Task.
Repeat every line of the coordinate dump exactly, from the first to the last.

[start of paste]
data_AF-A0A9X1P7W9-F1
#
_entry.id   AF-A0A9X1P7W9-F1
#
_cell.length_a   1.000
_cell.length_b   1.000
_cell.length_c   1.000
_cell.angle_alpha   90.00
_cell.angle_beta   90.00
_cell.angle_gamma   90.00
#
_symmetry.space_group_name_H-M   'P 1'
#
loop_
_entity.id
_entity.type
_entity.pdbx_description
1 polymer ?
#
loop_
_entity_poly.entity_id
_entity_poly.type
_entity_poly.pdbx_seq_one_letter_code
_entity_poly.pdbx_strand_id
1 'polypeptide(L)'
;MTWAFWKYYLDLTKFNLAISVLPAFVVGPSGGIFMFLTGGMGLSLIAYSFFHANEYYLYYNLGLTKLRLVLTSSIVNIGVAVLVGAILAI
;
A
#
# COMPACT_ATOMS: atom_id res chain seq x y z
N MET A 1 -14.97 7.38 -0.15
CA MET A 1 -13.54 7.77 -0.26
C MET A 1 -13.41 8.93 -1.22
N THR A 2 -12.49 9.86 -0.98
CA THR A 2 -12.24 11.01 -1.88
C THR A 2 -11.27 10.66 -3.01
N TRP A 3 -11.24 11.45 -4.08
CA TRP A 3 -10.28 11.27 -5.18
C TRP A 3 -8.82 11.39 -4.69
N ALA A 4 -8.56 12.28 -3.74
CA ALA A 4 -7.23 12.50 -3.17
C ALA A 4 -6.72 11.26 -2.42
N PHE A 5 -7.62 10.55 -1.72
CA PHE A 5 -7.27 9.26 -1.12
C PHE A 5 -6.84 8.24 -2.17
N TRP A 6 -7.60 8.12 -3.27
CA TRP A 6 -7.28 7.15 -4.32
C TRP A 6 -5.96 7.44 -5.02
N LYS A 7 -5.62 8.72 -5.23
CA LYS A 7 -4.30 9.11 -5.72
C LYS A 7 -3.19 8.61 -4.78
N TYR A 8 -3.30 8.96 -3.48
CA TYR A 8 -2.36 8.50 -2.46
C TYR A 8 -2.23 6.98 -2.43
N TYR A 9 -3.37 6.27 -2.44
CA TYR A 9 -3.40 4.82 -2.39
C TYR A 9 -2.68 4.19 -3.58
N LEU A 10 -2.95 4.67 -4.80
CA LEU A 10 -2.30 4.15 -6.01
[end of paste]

data_AF-A0A9X1P7W9-F1
#
_entry.id   AF-A0A9X1P7W9-F1
#
_cell.length_a   1.000
_cell.length_b   1.000
_cell.length_c   1.000
_cell.angle_alpha   90.00
_cell.angle_beta   90.00
_cell.angle_gamma   90.00
#
_symmetry.space_group_name_H-M   'P 1'
#
loop_
_entity.id
_entity.type
_entity.pdbx_description
1 polymer ?
#
loop_
_entity_poly.entity_id
_entity_poly.type
_entity_poly.pdbx_seq_one_letter_code
_entity_poly.pdbx_strand_id
1 'polypeptide(L)'
;MTWAFWKYYLDLTKFNLAISVLPAFVVGPSGGIFMFLTGGMGLSLIAYSFFHANEYYLYYNLGLTKLRLVLTSSIVNIGVAVLVGAILAI
;
A
#
# COMPACT_ATOMS: atom_id res chain seq x y z
N MET A 1 -14.97 7.38 -0.15
CA MET A 1 -13.54 7.77 -0.26
C MET A 1 -13.41 8.93 -1.22
N THR A 2 -12.49 9.86 -0.98
CA THR A 2 -12.24 11.01 -1.88
C THR A 2 -11.27 10.66 -3.01
N TRP A 3 -11.24 11.45 -4.08
CA TRP A 3 -10.28 11.27 -5.18
C TRP A 3 -8.82 11.39 -4.69
N ALA A 4 -8.56 12.28 -3.74
CA ALA A 4 -7.23 12.50 -3.17
C ALA A 4 -6.72 11.26 -2.42
N PHE A 5 -7.62 10.55 -1.72
CA PHE A 5 -7.27 9.26 -1.12
C PHE A 5 -6.84 8.24 -2.17
N TRP A 6 -7.60 8.12 -3.27
CA TRP A 6 -7.28 7.15 -4.32
C TRP A 6 -5.96 7.44 -5.02
N LYS A 7 -5.62 8.72 -5.23
CA LYS A 7 -4.30 9.11 -5.72
C LYS A 7 -3.19 8.61 -4.78
N TYR A 8 -3.30 8.96 -3.48
CA TYR A 8 -2.36 8.50 -2.46
C TYR A 8 -2.23 6.98 -2.43
N TYR A 9 -3.37 6.27 -2.44
CA TYR A 9 -3.40 4.82 -2.39
C TYR A 9 -2.68 4.19 -3.58
N LEU A 10 -2.95 4.67 -4.80
CA LEU A 10 -2.30 4.15 -6.01